Project description:N-methyl-D-aspartate receptors (NMDARs), a major subtype of glutamate receptor mediating excitatory transmission throughout the CNS, participate in ischemia-induced neuronal death. Unfortunately, undesired side effects have limited the strategy of inhibiting/blocking NMDARs as therapy. Targeting endogenous positive allosteric modulators of NMDAR function may offer a strategy with fewer downsides. Here, we explored whether 24S-hydroxycholesterol (24S-HC), an endogenous positive NMDAR modulator characterized recently by our group, participates in NMDAR-mediated excitotoxicity following oxygen-glucose deprivation (OGD) in primary neuron cultures. 24S-HC is the major brain cholesterol metabolite produced exclusively in neurons near sites of glutamate transmission. By selectively potentiating NMDAR current, 24S-HC may participate in NMDAR-mediated excitotoxicity following energy failure, thus impacting recovery after stroke. In support of this hypothesis, our findings indicate that exogenous application of 24S-HC exacerbates NMDAR-dependent excitotoxicity in primary neuron culture following OGD, an ischemic-like challenge. Similarly, enhancement of endogenous 24S-HC synthesis reduced survival rate. On the other hand, reducing endogenous 24S-HC synthesis alleviated OGD-induced cell death. We found that 25-HC, another oxysterol that antagonizes 24S-HC potentiation, partially rescued OGD-mediated cell death in the presence or absence of exogenous 24S-HC application, and 25-HC exhibited NMDAR-dependent/24S-HC-dependent neuroprotection, as well as NMDAR-independent neuroprotection in rat tissue but not mouse tissue. Our findings suggest that both endogenous and exogenous 24S-HC exacerbate OGD-induced damage via NMDAR activation, while 25-HC exhibits species dependent neuroprotection through both NMDAR-dependent and independent mechanisms.
Project description:GABA(A) receptors (GABA(A)Rs) exist as different subtype variants showing unique functional properties and defined spatio-temporal expression pattern. The molecular mechanisms underlying the developmental expression of different GABA(A)R are largely unknown. The intracellular concentration of chloride ([Cl(-)](i)), the main ion permeating through GABA(A)Rs, also undergoes considerable changes during maturation, being higher at early neuronal stages with respect to adult neurons. Here we investigate the possibility that [Cl(-)](i) could modulate the sequential expression of specific GABA(A)Rs subtypes in primary cerebellar neurons. We show that [Cl(-)](i) regulates the expression of α3-1 and δ-containing GABA(A) receptors, responsible for phasic and tonic inhibition, respectively. Our findings highlight the role of [Cl(-)](i) in tuning the strength of GABAergic responses by acting as an intracellular messenger.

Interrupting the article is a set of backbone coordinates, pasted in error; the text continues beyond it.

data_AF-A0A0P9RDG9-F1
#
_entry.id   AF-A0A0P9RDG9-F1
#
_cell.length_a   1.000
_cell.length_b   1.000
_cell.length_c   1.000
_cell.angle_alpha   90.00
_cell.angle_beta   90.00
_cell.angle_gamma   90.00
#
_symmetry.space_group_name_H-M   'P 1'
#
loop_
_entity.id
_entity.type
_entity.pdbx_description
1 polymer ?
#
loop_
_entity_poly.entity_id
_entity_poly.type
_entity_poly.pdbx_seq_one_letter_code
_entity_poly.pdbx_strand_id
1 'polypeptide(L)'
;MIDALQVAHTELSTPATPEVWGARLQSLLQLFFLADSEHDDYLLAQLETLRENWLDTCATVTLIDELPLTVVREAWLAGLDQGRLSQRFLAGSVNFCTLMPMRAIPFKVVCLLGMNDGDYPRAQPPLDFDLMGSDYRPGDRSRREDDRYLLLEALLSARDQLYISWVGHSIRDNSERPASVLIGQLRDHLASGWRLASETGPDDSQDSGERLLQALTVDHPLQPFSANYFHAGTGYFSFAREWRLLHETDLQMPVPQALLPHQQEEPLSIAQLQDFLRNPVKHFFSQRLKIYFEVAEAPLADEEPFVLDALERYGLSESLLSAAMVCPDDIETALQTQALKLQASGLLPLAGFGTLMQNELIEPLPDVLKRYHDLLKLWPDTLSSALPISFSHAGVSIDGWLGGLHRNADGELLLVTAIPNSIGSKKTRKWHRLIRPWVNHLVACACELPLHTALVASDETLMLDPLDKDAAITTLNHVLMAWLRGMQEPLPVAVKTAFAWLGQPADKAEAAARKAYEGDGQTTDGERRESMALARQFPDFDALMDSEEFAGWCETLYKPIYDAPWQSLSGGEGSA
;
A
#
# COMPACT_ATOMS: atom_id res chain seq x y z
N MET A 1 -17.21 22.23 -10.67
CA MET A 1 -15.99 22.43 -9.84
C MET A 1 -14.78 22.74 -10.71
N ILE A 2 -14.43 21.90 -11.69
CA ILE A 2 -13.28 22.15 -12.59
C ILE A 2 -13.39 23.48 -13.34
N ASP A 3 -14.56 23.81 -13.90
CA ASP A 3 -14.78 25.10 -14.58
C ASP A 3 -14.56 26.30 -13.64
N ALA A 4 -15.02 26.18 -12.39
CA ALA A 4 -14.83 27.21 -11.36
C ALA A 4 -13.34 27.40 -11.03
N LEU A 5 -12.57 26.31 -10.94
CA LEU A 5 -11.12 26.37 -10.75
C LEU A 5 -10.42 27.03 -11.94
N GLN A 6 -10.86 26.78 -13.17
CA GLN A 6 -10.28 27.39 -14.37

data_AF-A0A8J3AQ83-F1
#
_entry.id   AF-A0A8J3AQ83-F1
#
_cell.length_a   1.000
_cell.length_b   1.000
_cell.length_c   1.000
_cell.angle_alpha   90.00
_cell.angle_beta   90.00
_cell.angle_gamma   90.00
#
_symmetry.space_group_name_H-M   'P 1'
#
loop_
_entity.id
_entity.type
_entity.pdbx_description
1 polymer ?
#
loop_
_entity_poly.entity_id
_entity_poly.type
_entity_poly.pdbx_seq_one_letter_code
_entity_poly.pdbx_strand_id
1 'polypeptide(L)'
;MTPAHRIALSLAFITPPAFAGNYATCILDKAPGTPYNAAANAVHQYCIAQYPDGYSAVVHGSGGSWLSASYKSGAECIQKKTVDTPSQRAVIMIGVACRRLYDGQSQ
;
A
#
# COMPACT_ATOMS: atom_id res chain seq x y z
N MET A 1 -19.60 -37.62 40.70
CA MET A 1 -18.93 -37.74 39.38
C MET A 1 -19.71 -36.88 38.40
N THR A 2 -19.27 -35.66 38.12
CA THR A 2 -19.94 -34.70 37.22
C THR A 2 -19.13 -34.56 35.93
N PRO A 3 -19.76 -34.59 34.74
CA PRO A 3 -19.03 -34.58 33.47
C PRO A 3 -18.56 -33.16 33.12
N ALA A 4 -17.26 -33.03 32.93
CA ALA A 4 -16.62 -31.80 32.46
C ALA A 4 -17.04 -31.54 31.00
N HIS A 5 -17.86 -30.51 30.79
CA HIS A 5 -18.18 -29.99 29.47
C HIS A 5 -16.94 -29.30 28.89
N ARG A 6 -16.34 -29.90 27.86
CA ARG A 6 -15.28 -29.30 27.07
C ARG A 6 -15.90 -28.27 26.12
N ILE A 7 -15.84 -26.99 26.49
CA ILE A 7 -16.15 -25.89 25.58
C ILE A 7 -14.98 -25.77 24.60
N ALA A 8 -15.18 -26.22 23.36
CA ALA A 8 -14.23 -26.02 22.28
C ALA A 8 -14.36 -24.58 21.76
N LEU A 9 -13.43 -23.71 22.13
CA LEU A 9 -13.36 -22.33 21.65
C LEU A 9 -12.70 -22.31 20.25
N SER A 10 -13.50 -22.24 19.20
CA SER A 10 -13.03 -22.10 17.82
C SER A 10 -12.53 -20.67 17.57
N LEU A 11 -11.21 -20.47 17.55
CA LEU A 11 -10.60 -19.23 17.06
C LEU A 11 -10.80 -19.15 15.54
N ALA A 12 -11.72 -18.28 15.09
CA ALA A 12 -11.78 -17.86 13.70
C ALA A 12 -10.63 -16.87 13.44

Project description:High-affinity extrasynaptic GABA(A) receptors (GABA(A)Rs) are a prominent feature of cerebellar granule neurons and thalamic relay neurons. In both cell types, the presence of synaptic glomeruli would be expected to promote activation of these GABA(A)Rs, contributing to phasic spillover-mediated currents and tonic inhibition. However, the precise role of different receptor subtypes in these two phenomena is unclear. To address this question, we made recordings from neurons in acute brain slices from mice, and from tsA201 cells expressing recombinant GABA(A)Rs. We found that ? subunit-containing GABA(A)Rs of both cerebellar granule neurons and thalamic relay neurons of the lateral geniculate nucleus contributed to tonic conductance caused by ambient GABA but not to spillover-mediated currents. In the presence of a low "ambient" GABA concentration, recombinant "extrasynaptic" ? subunit-containing GABA(A)Rs exhibited profound desensitization, rendering them insensitive to brief synaptic- or spillover-like GABA transients. Together, our results demonstrate that phasic spillover and tonic inhibition reflect the activation of distinct receptor populations.